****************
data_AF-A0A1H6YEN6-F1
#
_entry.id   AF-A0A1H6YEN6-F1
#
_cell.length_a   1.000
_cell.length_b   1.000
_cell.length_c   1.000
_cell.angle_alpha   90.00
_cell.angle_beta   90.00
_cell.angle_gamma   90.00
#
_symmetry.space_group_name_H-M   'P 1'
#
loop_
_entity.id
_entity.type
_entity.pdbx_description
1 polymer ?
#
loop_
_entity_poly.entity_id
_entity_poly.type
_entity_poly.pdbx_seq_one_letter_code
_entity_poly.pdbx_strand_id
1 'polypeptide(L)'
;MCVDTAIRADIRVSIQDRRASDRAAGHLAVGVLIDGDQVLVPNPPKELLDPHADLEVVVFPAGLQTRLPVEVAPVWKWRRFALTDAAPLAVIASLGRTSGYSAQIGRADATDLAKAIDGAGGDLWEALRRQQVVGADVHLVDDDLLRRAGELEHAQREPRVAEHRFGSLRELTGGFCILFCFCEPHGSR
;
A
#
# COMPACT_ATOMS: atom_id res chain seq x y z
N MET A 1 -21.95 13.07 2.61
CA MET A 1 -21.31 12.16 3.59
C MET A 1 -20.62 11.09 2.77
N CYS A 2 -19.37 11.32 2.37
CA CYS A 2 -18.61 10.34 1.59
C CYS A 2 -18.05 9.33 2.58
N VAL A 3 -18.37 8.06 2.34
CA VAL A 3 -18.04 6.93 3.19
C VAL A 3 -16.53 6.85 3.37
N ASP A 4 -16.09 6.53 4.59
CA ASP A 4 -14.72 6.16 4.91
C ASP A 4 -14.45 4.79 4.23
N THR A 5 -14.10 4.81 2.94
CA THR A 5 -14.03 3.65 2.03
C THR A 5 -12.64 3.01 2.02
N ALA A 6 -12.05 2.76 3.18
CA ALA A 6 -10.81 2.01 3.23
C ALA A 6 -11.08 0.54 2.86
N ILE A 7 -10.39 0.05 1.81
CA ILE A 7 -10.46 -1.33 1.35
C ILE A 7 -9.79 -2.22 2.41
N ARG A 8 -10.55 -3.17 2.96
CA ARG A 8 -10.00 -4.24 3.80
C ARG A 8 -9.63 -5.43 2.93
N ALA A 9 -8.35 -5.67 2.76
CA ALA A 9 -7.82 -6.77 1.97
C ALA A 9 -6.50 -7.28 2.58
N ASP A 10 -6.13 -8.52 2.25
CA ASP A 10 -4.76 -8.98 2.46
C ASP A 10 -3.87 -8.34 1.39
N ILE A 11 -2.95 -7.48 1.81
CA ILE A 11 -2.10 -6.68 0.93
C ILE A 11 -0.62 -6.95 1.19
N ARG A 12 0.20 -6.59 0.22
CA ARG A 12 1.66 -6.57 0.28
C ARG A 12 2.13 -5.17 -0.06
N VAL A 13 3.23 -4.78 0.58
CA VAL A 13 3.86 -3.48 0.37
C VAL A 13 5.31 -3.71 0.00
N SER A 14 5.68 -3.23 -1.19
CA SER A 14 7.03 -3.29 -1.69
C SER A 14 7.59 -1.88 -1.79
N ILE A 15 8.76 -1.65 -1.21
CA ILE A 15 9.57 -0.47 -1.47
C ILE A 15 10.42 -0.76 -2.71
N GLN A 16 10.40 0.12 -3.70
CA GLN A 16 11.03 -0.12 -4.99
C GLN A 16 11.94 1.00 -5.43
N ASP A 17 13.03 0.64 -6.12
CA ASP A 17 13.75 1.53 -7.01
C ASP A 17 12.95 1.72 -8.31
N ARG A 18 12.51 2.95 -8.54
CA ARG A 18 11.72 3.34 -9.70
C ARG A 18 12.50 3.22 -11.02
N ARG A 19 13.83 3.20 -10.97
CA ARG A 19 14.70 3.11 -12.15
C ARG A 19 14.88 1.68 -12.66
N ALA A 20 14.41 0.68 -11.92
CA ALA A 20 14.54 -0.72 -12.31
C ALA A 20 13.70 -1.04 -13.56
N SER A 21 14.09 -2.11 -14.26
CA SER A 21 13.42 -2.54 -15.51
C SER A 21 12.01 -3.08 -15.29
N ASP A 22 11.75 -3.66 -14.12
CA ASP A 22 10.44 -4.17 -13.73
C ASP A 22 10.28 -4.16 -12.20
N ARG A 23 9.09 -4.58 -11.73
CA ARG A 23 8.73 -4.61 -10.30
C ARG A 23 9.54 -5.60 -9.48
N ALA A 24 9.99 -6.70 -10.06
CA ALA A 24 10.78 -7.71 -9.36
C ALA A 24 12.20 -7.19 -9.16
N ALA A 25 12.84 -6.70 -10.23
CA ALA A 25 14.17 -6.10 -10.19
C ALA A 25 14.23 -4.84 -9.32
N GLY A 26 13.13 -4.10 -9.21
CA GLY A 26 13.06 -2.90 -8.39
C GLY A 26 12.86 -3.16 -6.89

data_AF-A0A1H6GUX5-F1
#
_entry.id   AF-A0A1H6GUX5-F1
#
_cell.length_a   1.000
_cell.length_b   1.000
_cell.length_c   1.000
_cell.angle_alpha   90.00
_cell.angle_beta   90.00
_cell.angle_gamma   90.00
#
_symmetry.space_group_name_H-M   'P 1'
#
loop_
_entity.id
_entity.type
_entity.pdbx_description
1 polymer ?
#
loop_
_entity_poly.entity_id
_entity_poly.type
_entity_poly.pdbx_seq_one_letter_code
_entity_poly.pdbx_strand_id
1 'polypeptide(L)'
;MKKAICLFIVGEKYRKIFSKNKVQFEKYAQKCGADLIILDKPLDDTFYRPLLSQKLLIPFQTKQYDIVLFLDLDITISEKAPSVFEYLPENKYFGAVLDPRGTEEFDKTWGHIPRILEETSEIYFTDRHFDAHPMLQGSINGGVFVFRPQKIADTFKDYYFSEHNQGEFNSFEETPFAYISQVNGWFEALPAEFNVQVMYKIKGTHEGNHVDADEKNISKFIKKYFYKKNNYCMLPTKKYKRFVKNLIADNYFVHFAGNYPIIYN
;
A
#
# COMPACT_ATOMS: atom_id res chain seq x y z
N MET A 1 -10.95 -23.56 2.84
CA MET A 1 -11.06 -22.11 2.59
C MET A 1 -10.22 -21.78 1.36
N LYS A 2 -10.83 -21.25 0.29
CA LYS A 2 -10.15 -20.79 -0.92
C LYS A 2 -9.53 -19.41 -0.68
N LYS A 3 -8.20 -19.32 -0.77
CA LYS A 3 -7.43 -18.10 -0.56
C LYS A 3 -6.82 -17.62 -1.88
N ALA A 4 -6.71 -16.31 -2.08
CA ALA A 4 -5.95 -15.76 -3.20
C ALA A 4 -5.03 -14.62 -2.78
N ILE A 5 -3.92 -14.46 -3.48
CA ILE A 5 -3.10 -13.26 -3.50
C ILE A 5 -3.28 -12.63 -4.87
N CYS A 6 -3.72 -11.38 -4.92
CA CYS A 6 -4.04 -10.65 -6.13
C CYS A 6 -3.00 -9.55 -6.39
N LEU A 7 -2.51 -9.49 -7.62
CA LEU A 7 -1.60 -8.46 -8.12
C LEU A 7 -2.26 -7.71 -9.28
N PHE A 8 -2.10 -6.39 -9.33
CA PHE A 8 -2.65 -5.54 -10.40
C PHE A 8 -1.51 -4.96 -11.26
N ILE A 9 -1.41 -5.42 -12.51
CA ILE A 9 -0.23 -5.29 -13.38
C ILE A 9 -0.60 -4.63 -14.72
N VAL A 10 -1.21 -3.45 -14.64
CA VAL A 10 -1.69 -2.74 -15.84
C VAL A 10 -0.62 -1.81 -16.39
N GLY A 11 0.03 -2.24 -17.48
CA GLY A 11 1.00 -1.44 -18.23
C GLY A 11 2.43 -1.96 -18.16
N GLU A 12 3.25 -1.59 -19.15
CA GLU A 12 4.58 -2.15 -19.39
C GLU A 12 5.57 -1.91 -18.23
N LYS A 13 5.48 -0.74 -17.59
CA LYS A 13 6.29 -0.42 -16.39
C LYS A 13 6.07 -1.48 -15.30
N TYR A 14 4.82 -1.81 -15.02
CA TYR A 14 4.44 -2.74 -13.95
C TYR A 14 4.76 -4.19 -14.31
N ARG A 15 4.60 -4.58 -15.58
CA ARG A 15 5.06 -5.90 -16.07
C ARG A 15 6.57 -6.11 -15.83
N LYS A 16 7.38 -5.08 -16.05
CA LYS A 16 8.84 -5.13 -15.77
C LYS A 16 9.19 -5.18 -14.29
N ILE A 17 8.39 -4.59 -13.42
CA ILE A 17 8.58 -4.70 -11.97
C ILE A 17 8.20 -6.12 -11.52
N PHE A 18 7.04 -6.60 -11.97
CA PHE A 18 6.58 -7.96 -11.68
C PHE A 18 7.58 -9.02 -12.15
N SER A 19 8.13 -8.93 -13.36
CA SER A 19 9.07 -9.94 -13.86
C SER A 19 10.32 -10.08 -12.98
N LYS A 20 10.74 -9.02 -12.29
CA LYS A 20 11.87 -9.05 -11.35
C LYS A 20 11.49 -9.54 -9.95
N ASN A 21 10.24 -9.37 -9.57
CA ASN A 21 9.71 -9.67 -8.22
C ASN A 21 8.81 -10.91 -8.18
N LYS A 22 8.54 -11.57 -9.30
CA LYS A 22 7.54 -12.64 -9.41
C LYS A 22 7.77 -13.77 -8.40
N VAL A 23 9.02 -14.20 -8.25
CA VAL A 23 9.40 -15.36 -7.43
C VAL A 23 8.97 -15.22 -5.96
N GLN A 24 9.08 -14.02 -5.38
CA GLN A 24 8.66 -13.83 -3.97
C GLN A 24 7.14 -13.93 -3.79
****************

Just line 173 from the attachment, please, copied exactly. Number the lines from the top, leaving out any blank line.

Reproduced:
CA GLU A 12 4.58 -2.15 -19.39